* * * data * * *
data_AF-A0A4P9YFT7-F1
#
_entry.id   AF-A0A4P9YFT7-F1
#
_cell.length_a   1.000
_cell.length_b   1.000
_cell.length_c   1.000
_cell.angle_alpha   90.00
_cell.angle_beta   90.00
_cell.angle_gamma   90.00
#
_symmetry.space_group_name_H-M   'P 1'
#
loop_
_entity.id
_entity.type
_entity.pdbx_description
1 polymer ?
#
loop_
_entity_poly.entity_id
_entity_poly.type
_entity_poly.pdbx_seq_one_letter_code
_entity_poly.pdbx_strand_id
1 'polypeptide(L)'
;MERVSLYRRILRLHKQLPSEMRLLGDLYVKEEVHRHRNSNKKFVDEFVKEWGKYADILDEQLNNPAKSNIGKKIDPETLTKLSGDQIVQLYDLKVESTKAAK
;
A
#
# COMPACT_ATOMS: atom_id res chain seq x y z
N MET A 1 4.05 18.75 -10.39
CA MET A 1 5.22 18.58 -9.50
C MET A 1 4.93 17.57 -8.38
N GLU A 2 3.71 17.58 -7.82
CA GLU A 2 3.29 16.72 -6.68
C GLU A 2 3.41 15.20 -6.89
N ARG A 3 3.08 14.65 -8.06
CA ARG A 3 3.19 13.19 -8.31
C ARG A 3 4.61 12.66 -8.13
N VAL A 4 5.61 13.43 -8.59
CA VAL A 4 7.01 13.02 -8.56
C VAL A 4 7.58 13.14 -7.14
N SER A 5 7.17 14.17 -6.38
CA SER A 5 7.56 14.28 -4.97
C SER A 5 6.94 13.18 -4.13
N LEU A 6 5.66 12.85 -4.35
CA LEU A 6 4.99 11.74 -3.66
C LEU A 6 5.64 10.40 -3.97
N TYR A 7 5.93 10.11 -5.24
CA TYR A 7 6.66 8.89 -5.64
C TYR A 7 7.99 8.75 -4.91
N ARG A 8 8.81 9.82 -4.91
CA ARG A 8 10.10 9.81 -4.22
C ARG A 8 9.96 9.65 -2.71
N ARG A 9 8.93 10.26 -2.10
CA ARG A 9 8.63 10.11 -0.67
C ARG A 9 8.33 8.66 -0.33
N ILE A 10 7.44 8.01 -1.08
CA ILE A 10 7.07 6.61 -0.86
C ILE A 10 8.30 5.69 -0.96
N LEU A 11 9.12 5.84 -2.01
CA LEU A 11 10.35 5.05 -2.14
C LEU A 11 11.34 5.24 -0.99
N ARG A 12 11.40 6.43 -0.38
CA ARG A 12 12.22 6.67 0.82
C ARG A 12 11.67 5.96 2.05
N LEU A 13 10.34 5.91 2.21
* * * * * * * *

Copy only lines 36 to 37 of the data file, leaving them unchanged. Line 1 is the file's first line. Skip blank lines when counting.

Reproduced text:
C GLU A 2 3.41 15.20 -6.89
N ARG A 3 3.08 14.65 -8.06